“Hope is the worst of evils, for it prolongs the torment of man,” Friedrich Nietzsche.
This was a particularly hot Montgomery. After torrential rains made a ruin out of the Hatboro show grounds, and we’d heard the dog show rumors of standing water at the other venues, we packed rain gear and cool weather clothing. I could be seen standing in flip-flops, shorts and a sleeveless t-shirt outside in our back yard early in the morning practicing for the cold and wet conditions that surely awaited us on our annual trek to Montgomery. I had prepared myself for bad weather and mud. Lots of mud. Just like the mud year of 1999. Still we hoped for cool and dry weather.
Our dog and handler had arrived at our hotel the day before we had. The long drive from Colorado had served to increase her pain and his energy level. When we met up at the Hatboro show site on Wednesday afternoon, it was impossible not to notice her pale face and his nearly out of control behavior. It was impossible not to hope we’d get more than just a look, even though we knew better. These were not judges we’d show to at our local shows, but here we all were. 1800 miles from home, happy and excited to be in the covered shed where our breed shows for the first two days of the weekend. Looking around we knew everybody. Dogs we’d competed against all season and dogs known only through ads and online bragging. Some were disappointing, but most were not. Their owners were as proud of them as we were of our dog and at least as hopeful. These three preliminary shows, Hatboro I and II and the hell-hole that is Devon, serve as warm ups in grooming and showmanship to the marquee event: Montgomery County. The hope and tension build over the first three days and by Montgomery Sunday dogs and handlers are ready to show full-out.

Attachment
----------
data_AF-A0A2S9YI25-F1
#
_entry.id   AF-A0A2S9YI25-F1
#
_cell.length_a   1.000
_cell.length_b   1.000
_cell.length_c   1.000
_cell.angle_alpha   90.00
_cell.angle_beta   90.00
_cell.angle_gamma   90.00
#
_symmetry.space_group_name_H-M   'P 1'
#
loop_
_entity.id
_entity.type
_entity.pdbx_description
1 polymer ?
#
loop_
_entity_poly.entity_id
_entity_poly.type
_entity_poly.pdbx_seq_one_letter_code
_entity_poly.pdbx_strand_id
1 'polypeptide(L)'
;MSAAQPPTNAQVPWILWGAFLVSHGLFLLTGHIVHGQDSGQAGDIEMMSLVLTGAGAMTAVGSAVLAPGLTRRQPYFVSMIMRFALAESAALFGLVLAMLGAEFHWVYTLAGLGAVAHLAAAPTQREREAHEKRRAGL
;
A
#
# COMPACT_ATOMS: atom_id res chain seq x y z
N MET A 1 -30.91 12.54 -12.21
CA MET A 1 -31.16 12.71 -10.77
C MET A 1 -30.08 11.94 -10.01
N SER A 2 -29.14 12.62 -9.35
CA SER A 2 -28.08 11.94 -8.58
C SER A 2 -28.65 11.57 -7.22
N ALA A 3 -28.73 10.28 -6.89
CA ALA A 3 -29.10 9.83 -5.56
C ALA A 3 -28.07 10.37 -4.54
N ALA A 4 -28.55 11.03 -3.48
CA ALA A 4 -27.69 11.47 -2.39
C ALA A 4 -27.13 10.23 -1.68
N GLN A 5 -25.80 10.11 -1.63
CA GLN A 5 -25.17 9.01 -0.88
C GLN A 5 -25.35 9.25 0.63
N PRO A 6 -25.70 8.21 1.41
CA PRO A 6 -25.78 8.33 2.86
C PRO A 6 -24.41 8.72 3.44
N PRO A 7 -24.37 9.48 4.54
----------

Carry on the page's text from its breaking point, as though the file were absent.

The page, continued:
It’s doubtful all but the most novice exhibitor actually thinks they will win at the National. So many of the judges’ decisions seem based less on the standard and more on what their colleagues think about their choices. This year we all knew who the eventual winner would be. An imported bitch, with the most beautiful coat in the entry, shown by the best known handler in our breed, backed by enough money to crush all the other competition. For several years the fancy has longed to see this man show a really wonderful terrier. While she is not without faults visible from ringside, she is decent enough for judges to pick the handler and feel good about it. With Best of Breed decided every day there was still enough placements left for most of us to hope we’d be in the money. All year people talk to each other about holding out their class dog to die for until the National where he or she will certainly finish their championship with a major. This attitude transcends mere hope to rest firmly on the conceit of the owners. Fortunately, most of us who will see these owner proclaimed wunderkinder ringside, will finish the weekend alive. And so it was this year. Standing around the ring enjoying the company of old friends and acquaintences, we watched the judging. Day one: a provisional judge who had judged our breed less than a dozen times in his career. Day two: a woman with a reputation for “doing what she wants” which translated to “doing what was expected”, and day three: the judge of most hope for most people. After completing her assignment it was clear she probably won’t be showing up on many panels stateside for a while. That left the last day. The most important day. The litmus test for our breed.